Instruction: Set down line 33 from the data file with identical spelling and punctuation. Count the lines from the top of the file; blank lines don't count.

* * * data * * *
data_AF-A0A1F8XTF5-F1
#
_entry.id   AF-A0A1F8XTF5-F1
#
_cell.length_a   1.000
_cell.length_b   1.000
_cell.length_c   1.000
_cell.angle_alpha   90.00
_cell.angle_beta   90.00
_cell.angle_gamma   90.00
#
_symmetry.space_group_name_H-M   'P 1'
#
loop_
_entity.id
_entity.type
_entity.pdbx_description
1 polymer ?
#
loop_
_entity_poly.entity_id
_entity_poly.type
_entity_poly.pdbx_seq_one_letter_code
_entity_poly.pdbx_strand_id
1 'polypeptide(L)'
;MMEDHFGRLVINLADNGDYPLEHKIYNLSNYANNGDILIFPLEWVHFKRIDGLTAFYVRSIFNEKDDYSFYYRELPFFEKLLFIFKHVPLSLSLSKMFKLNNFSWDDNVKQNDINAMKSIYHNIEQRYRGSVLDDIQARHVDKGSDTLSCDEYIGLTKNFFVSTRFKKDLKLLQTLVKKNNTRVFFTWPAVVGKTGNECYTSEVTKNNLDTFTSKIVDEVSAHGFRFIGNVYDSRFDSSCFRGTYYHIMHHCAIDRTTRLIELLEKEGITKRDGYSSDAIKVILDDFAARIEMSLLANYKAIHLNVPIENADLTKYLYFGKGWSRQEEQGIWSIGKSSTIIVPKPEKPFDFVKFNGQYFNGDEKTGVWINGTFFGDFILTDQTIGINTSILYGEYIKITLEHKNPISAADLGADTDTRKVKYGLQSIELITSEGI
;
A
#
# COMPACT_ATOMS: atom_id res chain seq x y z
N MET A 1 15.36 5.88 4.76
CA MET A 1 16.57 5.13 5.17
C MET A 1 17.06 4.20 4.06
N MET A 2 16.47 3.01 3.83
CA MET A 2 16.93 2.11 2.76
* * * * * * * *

C MET A 1 17.06 4.20 4.06